Though there is a lot of talk on how one needs to get into a career that one is passionate about, this is often mere lip talk when it comes to making a choice of the professional education that a person needs to get proficient in. Firstly there is a desperate need to conform to what others are doing, and secondly there is a deep rooted belief that in order to be successful, one needs to get into specific professions only.

Sometimes it is parental pressure, at other times, doing and pursuing what friends do becomes addictive, and little thought is given to long-term effects of such impulsive decisions.

Added to this is the high stakes involved in monetary investments that run into lakhs of rupees to get through such courses. Once the student realises that the course opted for is not his / her cup of tea, and is unable to cope with the pressure, he/she is trapped, unable to stay in or get out. The student starts getting into a depressed mood, and if there are no checks and balances to ward it off, and if timely help does not come in, it can prove fatal.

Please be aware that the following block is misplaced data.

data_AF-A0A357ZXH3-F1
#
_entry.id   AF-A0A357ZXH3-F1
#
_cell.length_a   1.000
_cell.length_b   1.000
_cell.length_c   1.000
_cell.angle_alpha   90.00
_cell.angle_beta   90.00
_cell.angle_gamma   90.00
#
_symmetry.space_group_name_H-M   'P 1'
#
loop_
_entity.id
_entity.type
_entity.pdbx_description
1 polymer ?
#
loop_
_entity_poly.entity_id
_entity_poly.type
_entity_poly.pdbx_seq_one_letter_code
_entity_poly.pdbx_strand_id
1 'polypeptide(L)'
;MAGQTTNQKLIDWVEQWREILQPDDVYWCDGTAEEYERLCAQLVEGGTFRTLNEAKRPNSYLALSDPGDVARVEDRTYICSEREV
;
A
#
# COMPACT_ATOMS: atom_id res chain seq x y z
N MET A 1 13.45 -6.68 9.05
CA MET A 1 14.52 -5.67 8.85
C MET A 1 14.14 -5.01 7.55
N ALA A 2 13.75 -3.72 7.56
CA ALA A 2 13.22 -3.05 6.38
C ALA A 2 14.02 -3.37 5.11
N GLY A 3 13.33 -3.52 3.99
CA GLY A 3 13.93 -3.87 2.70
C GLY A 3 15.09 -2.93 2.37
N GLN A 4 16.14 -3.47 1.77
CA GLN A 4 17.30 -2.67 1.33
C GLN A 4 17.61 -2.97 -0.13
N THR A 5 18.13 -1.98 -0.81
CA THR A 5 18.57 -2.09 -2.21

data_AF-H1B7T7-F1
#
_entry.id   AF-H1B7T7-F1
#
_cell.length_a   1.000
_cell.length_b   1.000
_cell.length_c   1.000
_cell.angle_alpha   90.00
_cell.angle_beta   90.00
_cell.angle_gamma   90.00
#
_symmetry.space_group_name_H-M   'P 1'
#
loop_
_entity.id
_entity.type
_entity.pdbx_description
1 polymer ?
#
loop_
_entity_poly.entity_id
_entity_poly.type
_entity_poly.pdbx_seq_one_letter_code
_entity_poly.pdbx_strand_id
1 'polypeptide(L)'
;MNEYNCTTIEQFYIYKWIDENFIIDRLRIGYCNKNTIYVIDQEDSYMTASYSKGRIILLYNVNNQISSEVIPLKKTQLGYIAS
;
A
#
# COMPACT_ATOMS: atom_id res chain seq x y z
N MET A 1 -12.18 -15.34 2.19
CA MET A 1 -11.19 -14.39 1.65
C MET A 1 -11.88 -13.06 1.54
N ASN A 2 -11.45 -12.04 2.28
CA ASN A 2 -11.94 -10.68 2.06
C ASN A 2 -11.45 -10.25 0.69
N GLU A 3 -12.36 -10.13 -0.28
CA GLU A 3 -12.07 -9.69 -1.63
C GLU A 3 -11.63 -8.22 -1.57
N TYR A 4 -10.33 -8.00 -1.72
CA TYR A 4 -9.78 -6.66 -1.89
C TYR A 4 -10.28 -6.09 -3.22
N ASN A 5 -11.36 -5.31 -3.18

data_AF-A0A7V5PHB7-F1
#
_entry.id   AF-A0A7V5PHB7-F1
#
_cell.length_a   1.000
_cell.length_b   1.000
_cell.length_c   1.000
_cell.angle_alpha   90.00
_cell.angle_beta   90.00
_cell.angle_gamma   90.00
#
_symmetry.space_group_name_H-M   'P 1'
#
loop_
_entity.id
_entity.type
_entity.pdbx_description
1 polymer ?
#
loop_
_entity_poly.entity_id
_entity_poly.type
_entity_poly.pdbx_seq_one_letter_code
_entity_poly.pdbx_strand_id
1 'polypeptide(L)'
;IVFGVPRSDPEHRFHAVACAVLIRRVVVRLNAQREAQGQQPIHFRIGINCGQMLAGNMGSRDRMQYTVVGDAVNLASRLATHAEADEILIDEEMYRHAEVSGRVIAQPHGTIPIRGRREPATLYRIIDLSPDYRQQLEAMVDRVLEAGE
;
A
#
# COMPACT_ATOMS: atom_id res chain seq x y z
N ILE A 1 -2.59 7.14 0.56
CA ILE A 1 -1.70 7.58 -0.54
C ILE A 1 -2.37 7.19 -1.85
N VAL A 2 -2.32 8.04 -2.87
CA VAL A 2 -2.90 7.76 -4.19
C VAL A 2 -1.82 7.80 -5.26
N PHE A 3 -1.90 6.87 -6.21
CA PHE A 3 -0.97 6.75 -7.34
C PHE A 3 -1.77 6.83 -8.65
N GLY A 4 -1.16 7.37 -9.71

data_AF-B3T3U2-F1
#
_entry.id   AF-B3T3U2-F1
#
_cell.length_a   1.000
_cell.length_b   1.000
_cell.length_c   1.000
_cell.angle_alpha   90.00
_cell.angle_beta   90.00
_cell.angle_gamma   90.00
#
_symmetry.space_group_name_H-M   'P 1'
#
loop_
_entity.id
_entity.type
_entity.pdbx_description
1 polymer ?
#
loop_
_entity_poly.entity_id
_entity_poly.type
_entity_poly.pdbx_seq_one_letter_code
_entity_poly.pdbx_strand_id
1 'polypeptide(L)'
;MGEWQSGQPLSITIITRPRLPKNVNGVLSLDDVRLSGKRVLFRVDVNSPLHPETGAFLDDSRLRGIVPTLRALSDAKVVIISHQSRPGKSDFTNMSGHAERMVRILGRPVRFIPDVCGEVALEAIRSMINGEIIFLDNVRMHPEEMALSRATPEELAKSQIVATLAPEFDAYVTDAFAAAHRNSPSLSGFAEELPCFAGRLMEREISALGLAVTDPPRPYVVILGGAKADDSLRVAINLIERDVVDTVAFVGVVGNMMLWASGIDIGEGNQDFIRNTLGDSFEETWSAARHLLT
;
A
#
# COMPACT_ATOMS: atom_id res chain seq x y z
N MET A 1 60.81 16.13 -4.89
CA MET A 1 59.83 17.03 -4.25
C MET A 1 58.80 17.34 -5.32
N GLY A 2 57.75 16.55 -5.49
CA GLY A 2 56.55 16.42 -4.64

Signs and symptoms of depression:

Loss of appetite, or constant pangs of hunger

Continuous low mood or sadness

Feeling hopeless and helpless

Low self-esteem

Feeling tearful

Feeling guilt-ridden

Feeling irritable and intolerant of others

Having no motivation or interest in things

Unexplained aches and pains

Lack of energy

Disturbed sleep (finding it hard to fall asleep at night and or sleeping through the day)

Having suicidal thoughts or thoughts of harming yourself.

If 5-6 of the symptoms listed above persist for two weeks or more and are bad enough to interfere with one's studies, work, social and family life, it is a red signal, do not hesitate to seek help.

The mind and body of such an individual is weak and vulnerable. Most of such individuals are also away from home and will be having problems in adjusting to the new environment. Signals of communication to family and friends echo these sentiments, and often-used words are: “I am useless, I am a failure, I am feeling guilty, I am a burden on you “and so on. The emotion of guilt runs high as the stakes involved are also high. If the student moves out of the course it is a hole in the parents' pocket.